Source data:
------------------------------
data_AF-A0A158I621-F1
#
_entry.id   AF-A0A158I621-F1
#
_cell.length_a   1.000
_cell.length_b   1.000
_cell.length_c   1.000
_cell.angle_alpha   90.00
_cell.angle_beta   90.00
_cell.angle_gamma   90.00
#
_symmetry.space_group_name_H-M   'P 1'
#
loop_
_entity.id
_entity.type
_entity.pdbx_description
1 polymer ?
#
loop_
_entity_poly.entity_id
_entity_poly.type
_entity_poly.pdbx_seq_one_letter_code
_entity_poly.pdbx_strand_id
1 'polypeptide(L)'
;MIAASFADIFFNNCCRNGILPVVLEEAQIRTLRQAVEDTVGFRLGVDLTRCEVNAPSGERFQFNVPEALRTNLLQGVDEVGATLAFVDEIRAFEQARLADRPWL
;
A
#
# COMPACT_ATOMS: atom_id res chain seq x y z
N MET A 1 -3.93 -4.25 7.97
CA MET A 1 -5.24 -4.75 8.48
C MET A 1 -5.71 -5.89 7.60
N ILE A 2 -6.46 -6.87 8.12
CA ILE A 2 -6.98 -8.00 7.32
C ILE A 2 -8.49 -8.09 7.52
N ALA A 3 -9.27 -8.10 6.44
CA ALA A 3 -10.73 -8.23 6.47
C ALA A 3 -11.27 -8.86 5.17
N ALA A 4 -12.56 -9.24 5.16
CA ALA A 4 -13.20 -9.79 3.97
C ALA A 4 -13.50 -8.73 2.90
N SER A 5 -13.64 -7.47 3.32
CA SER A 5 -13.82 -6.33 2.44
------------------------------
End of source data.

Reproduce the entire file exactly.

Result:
data_AF-A0A158I621-F1
#
_entry.id   AF-A0A158I621-F1
#
_cell.length_a   1.000
_cell.length_b   1.000
_cell.length_c   1.000
_cell.angle_alpha   90.00
_cell.angle_beta   90.00
_cell.angle_gamma   90.00
#
_symmetry.space_group_name_H-M   'P 1'
#
loop_
_entity.id
_entity.type
_entity.pdbx_description
1 polymer ?
#
loop_
_entity_poly.entity_id
_entity_poly.type
_entity_poly.pdbx_seq_one_letter_code
_entity_poly.pdbx_strand_id
1 'polypeptide(L)'
;MIAASFADIFFNNCCRNGILPVVLEEAQIRTLRQAVEDTVGFRLGVDLTRCEVNAPSGERFQFNVPEALRTNLLQGVDEVGATLAFVDEIRAFEQARLADRPWL
;
A
#
# COMPACT_ATOMS: atom_id res chain seq x y z
N MET A 1 -3.93 -4.25 7.97
CA MET A 1 -5.24 -4.75 8.48
C MET A 1 -5.71 -5.89 7.60
N ILE A 2 -6.46 -6.87 8.12
CA ILE A 2 -6.98 -8.00 7.32
C ILE A 2 -8.49 -8.09 7.52
N ALA A 3 -9.27 -8.10 6.44
CA ALA A 3 -10.73 -8.23 6.47
C ALA A 3 -11.27 -8.86 5.17
N ALA A 4 -12.56 -9.24 5.16
CA ALA A 4 -13.20 -9.79 3.97
C ALA A 4 -13.50 -8.73 2.90
N SER A 5 -13.64 -7.47 3.32
CA SER A 5 -13.82 -6.33 2.44